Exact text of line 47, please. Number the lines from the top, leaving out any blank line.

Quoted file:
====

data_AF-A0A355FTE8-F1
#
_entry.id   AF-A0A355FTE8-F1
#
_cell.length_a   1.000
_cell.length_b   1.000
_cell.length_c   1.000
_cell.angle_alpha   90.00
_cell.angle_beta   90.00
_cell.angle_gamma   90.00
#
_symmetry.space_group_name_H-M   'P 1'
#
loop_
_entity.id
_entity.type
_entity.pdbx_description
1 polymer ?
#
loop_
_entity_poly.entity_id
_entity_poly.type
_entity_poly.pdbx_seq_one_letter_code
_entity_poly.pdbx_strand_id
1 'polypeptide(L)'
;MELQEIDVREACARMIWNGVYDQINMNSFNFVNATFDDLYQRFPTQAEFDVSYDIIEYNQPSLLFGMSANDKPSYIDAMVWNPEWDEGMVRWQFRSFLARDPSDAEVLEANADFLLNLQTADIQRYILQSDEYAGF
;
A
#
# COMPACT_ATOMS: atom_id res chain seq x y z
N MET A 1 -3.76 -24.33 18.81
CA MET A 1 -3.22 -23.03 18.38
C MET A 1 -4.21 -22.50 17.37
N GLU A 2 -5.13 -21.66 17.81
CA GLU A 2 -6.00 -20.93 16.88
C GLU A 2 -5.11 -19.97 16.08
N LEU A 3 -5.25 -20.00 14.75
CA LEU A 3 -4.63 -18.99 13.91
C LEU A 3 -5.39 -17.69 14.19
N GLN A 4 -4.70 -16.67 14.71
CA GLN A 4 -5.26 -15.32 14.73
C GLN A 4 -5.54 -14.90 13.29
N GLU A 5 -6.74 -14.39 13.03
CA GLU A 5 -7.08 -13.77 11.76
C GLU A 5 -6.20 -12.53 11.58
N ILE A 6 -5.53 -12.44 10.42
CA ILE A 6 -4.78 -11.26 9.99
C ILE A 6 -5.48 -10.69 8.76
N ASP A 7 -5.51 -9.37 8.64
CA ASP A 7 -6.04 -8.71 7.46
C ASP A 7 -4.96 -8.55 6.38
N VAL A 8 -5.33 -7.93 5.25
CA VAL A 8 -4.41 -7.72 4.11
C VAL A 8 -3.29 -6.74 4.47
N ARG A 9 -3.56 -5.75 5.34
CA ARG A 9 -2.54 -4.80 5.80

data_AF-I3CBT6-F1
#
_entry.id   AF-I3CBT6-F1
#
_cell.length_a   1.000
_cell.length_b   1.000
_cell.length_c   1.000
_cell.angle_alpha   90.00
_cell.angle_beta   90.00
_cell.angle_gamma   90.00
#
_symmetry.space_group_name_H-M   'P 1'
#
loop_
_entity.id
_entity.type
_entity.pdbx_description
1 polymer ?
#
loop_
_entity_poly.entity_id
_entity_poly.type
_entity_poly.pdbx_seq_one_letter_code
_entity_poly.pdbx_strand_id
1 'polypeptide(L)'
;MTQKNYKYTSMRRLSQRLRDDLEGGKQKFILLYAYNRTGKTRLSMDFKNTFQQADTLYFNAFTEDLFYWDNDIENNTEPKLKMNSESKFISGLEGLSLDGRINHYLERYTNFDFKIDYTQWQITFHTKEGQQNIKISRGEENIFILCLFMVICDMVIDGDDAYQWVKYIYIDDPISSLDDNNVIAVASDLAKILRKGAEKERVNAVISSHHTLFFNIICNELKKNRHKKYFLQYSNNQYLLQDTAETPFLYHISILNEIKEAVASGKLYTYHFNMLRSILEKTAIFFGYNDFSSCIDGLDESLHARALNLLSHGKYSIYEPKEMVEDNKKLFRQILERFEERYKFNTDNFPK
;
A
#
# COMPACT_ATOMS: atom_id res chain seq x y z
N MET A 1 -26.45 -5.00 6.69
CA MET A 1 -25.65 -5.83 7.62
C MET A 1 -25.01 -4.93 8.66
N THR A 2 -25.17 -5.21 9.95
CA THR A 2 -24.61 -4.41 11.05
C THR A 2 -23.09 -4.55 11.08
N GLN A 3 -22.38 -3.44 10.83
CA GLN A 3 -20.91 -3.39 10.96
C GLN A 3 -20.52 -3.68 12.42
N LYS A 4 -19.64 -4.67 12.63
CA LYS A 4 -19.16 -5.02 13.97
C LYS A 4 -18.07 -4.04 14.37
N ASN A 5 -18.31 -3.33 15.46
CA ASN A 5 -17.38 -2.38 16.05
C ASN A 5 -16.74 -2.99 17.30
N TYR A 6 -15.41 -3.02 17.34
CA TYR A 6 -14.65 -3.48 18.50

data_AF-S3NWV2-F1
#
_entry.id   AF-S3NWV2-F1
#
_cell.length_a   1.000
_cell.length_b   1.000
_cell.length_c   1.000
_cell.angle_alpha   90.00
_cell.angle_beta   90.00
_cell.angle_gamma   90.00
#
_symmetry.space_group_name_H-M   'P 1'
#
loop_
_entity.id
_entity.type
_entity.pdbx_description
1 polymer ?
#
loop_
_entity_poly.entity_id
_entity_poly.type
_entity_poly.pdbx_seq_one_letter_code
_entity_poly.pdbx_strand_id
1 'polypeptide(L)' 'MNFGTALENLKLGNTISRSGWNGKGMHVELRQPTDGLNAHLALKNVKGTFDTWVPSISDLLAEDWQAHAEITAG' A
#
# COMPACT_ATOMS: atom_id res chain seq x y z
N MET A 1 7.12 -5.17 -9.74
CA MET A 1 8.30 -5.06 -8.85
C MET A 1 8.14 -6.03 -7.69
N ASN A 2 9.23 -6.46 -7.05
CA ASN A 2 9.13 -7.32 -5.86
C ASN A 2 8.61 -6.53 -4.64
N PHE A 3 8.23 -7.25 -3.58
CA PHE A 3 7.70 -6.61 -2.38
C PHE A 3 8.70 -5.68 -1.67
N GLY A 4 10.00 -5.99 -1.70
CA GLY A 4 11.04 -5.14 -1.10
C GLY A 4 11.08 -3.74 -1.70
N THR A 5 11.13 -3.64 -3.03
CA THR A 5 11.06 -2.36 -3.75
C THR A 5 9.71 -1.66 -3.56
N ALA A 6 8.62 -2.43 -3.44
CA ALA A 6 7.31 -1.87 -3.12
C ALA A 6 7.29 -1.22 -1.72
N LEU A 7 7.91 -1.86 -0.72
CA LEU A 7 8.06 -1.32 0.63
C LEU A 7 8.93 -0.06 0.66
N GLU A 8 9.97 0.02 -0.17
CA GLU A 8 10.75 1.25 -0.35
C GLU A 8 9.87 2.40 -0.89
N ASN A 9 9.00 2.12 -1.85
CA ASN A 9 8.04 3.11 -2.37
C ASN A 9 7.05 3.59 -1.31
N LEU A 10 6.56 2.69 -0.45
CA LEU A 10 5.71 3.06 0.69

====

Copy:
CA ILE A 6 -4.78 -11.26 9.99